If you live anywhere around Redondo or Hermosa Beach, you will be rewarded by taking a close look at this very interesting picture. I’ll give you a few minutes…
This is a newspaper advertisement promoting two Hermosa Beach ballot measures in November 1962, which would change zoning in the city to allow high-rise residential buildings to be developed. The specific project being promoted is at 2nd street and Valley Drive, stretching to Herondo – and take a close look at the rendering: the buildings look very, very big indeed!
Obviously Hermosa Beach voters rejected this proposition, despite the many attractive benefits described (“Bring Quality Co-op Apt. Owners”). Presumably Hermosa voters rejected this because they wanted to preserve the small beach-town character they were enjoying, and they didn’t want the crowding, congestion and traffic this would bring, not to mention blocked views of the ocean.
Now imagine what Hermosa Beach would be right now had the voters approved this change in zoning. Had the voters approved this, would Hermosa Beach now look like Miami Beach, downtown Long Beach, or Santa Monica beach – or worse?
This is an extreme case of overdevelopment, but almost more insidious is the death-by-a-thousand-cuts progression of multiple projects – 300 residential units recently approved on the Southbay Galleria site, 650 residential units on the Power Plant site (thankfully defeated), 3300 units in the “Heart of the City” plan (defeated), 180 units promoted by Legado in the Hollywood Riviera (thankfully reduced via public activism), etc. Each high-density residential development compounds traffic, congestion, and strained public services, on top of that caused by the frequent conversion of single-family properties into 2- and 3-on-a-lot developments. And we may soon have yet another fight ahead to keep high-density residential off of the Power Plant site.
The Galleria development alone is estimated by the developer’s own Environmental Impact Report to boost local traffic by 33% (it’s probably more, given the baseline assumed in the analysis – think 50%). This causes not just longer, more frustrating commutes, but there are two schools within blocks of that development – it’s also a pedestrian safety issue, which is already a problem in our neighborhoods.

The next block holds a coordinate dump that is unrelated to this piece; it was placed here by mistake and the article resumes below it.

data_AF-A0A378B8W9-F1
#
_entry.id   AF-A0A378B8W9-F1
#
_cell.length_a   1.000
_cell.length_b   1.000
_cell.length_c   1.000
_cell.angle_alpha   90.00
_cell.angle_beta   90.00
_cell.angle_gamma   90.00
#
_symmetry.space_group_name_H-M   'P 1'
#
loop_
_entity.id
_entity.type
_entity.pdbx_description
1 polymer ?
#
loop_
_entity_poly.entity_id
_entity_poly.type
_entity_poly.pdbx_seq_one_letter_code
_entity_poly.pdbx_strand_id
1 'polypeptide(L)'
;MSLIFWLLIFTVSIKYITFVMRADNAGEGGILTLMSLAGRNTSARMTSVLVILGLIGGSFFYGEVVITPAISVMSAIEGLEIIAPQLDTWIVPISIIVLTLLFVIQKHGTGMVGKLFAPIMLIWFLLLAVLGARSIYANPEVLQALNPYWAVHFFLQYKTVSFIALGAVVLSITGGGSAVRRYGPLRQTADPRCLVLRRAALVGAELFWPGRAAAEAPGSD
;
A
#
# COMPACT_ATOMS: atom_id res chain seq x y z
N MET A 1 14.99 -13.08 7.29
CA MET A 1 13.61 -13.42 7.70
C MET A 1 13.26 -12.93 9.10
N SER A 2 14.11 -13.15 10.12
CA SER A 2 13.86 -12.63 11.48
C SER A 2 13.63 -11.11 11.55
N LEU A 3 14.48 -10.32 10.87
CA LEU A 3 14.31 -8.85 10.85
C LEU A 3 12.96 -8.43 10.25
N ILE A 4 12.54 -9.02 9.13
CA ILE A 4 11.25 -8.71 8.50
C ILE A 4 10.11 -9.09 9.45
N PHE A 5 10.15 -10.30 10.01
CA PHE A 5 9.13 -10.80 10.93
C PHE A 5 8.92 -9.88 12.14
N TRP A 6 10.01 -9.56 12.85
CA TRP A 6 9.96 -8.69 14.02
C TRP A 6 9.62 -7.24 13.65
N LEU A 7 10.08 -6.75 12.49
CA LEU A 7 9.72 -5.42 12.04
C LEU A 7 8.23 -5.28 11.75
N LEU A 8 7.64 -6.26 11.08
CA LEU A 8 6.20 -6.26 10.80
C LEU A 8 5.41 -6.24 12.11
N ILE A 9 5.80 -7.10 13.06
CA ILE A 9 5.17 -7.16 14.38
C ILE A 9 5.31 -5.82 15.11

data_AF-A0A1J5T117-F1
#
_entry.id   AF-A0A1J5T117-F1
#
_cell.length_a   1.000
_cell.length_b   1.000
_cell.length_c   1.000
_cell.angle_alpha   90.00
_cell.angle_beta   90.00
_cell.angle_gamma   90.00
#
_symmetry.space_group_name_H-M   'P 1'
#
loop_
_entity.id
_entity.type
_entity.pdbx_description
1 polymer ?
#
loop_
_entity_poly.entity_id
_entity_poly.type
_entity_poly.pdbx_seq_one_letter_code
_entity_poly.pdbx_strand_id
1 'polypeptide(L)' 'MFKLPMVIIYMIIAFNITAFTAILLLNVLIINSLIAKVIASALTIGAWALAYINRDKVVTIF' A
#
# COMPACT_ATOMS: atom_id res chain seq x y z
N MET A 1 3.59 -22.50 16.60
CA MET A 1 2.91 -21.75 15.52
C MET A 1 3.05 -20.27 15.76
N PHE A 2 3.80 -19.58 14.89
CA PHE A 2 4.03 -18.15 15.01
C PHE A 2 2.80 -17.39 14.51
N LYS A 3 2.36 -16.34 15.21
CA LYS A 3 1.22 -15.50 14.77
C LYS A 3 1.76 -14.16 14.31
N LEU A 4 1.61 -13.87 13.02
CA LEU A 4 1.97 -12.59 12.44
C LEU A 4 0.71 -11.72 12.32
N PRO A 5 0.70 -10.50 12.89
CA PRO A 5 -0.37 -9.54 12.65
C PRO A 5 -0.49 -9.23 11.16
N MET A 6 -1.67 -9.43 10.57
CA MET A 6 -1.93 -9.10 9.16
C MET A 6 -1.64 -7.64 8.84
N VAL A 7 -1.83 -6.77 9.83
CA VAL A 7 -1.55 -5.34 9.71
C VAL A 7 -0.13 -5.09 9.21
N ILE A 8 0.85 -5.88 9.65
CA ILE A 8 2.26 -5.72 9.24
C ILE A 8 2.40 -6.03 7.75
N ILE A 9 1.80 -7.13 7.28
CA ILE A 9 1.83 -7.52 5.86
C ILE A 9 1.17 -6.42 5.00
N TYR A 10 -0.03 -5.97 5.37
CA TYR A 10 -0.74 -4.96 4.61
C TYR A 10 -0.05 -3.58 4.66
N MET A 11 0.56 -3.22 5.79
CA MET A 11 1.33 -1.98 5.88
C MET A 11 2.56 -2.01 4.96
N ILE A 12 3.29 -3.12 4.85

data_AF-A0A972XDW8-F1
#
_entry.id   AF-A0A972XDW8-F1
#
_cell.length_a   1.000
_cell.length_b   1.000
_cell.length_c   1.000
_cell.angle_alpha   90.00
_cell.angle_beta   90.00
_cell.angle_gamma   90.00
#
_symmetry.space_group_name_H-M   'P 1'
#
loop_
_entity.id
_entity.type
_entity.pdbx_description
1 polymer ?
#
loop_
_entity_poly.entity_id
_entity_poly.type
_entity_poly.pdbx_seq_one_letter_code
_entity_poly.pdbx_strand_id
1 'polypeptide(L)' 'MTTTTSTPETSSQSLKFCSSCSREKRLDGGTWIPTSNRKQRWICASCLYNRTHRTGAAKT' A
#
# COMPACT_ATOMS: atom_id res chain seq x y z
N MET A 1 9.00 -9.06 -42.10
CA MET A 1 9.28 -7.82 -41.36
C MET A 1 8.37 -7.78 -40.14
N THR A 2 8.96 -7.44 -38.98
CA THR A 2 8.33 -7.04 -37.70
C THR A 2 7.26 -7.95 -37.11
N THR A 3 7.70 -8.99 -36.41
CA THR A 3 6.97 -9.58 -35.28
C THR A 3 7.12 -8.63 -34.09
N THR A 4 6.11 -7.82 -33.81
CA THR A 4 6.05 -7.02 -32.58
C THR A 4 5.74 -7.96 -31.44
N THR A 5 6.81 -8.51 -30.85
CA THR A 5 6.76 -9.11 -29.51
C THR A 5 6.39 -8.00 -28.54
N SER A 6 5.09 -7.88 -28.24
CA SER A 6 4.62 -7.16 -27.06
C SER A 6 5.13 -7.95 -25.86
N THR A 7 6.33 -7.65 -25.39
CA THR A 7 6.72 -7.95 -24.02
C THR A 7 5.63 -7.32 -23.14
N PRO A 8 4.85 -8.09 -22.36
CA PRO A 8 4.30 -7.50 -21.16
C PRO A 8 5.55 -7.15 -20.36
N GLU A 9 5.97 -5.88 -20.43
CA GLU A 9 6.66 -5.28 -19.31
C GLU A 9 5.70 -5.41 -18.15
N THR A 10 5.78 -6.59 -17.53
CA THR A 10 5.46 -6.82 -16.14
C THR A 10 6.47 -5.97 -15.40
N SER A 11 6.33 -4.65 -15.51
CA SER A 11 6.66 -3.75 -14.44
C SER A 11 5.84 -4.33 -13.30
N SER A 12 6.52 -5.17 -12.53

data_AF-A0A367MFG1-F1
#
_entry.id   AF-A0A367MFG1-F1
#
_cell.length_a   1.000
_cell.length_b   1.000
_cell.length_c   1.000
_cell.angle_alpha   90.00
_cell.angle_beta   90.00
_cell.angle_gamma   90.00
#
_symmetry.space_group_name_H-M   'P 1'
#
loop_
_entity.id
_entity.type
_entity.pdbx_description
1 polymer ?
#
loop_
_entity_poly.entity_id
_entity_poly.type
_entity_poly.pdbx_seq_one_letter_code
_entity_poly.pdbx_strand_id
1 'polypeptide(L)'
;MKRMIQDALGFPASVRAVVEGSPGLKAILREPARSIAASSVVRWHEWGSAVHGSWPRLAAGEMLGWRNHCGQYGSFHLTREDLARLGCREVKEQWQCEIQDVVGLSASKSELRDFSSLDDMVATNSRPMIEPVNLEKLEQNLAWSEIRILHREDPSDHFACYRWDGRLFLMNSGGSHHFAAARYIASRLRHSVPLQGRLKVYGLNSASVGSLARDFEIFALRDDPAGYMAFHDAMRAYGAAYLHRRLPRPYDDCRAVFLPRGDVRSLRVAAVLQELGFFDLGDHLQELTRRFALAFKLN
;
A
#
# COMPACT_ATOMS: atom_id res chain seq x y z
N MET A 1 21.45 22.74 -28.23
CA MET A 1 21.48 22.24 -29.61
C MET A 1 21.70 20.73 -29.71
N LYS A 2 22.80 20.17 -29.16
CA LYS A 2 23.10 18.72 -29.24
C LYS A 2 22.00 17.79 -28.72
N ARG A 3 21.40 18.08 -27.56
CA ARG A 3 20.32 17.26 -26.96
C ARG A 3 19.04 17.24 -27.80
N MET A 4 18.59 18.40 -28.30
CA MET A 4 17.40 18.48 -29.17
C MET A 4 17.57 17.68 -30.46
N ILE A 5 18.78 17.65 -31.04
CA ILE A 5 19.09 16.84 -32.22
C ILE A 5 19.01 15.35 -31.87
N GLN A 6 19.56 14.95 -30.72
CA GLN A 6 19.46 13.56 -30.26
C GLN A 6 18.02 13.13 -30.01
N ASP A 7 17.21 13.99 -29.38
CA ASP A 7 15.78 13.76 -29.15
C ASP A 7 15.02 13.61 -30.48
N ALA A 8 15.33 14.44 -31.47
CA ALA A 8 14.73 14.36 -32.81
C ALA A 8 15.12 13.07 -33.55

As residents, preservation of our quality of life is entirely our own responsibility. The North Redondo City Councilmembers, the Redondo Beach City Attorney and some city staff have continued to promote high-density residential development projects – they are essentially working against the residents, concealing their efforts. They are aware that the residents don’t want more density, so they undermine them as secretly as they can, telling voters what they want to hear, but supporting the developers with their votes, commission appointments, plan approvals, and other efforts. For example, the Redondo Beach City Attorney secretly took a team over to lobby the Lawndale City Council to try to keep them from appealing the Galleria project. This effort was kept secret from the Redondo residents, the City Council, and the Mayor. Thankfully, the effort failed…for now.
Residential development generates enormous profits for developers. The developers funnel money to the political campaigns, and who knows where else. I’ll let you decide the motivations, of some in government, to favor the developers.
Unless we make some changes on the City Council this next election, increased residential density and more traffic will be our reality over time. It’s up to us to preserve our town and quality of life as best as we can.